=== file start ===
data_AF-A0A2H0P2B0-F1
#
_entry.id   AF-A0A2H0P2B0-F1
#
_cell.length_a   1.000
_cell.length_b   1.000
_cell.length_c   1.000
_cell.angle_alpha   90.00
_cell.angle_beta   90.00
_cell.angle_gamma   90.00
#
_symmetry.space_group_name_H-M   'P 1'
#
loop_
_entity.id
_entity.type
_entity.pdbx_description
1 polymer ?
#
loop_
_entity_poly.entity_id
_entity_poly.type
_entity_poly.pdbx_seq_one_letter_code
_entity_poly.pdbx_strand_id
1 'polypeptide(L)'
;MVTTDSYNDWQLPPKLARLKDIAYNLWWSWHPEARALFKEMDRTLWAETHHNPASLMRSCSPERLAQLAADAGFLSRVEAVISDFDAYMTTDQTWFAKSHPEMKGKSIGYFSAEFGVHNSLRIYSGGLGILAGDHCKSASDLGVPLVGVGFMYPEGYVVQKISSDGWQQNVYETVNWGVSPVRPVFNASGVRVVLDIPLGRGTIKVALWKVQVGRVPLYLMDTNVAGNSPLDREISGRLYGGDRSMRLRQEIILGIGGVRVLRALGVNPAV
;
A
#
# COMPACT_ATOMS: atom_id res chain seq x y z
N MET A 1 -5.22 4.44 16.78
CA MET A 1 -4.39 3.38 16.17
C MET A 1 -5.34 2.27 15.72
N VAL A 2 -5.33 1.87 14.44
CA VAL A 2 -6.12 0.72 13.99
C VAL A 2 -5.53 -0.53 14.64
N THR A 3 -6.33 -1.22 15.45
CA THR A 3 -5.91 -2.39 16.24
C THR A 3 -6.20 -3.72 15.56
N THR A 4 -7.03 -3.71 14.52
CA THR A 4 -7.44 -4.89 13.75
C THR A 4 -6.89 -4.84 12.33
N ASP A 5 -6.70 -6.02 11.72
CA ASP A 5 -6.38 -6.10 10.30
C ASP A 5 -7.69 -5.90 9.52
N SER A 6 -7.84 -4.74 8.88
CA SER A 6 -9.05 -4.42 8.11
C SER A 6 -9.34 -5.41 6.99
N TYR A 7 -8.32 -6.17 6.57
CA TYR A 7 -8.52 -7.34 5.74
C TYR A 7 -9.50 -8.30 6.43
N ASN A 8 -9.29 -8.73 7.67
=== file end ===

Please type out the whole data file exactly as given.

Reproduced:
data_AF-A0A2H0P2B0-F1
#
_entry.id   AF-A0A2H0P2B0-F1
#
_cell.length_a   1.000
_cell.length_b   1.000
_cell.length_c   1.000
_cell.angle_alpha   90.00
_cell.angle_beta   90.00
_cell.angle_gamma   90.00
#
_symmetry.space_group_name_H-M   'P 1'
#
loop_
_entity.id
_entity.type
_entity.pdbx_description
1 polymer ?
#
loop_
_entity_poly.entity_id
_entity_poly.type
_entity_poly.pdbx_seq_one_letter_code
_entity_poly.pdbx_strand_id
1 'polypeptide(L)'
;MVTTDSYNDWQLPPKLARLKDIAYNLWWSWHPEARALFKEMDRTLWAETHHNPASLMRSCSPERLAQLAADAGFLSRVEAVISDFDAYMTTDQTWFAKSHPEMKGKSIGYFSAEFGVHNSLRIYSGGLGILAGDHCKSASDLGVPLVGVGFMYPEGYVVQKISSDGWQQNVYETVNWGVSPVRPVFNASGVRVVLDIPLGRGTIKVALWKVQVGRVPLYLMDTNVAGNSPLDREISGRLYGGDRSMRLRQEIILGIGGVRVLRALGVNPAV
;
A
#
# COMPACT_ATOMS: atom_id res chain seq x y z
N MET A 1 -5.22 4.44 16.78
CA MET A 1 -4.39 3.38 16.17
C MET A 1 -5.34 2.27 15.72
N VAL A 2 -5.33 1.87 14.44
CA VAL A 2 -6.12 0.72 13.99
C VAL A 2 -5.53 -0.53 14.64
N THR A 3 -6.33 -1.22 15.45
CA THR A 3 -5.91 -2.39 16.24
C THR A 3 -6.20 -3.72 15.56
N THR A 4 -7.03 -3.71 14.52
CA THR A 4 -7.44 -4.89 13.75
C THR A 4 -6.89 -4.84 12.33
N ASP A 5 -6.70 -6.02 11.72
CA ASP A 5 -6.38 -6.10 10.30
C ASP A 5 -7.69 -5.90 9.52
N SER A 6 -7.84 -4.74 8.88
CA SER A 6 -9.05 -4.42 8.11
C SER A 6 -9.34 -5.41 6.99
N TYR A 7 -8.32 -6.17 6.57
CA TYR A 7 -8.52 -7.34 5.74
C TYR A 7 -9.50 -8.30 6.43
N ASN A 8 -9.29 -8.73 7.67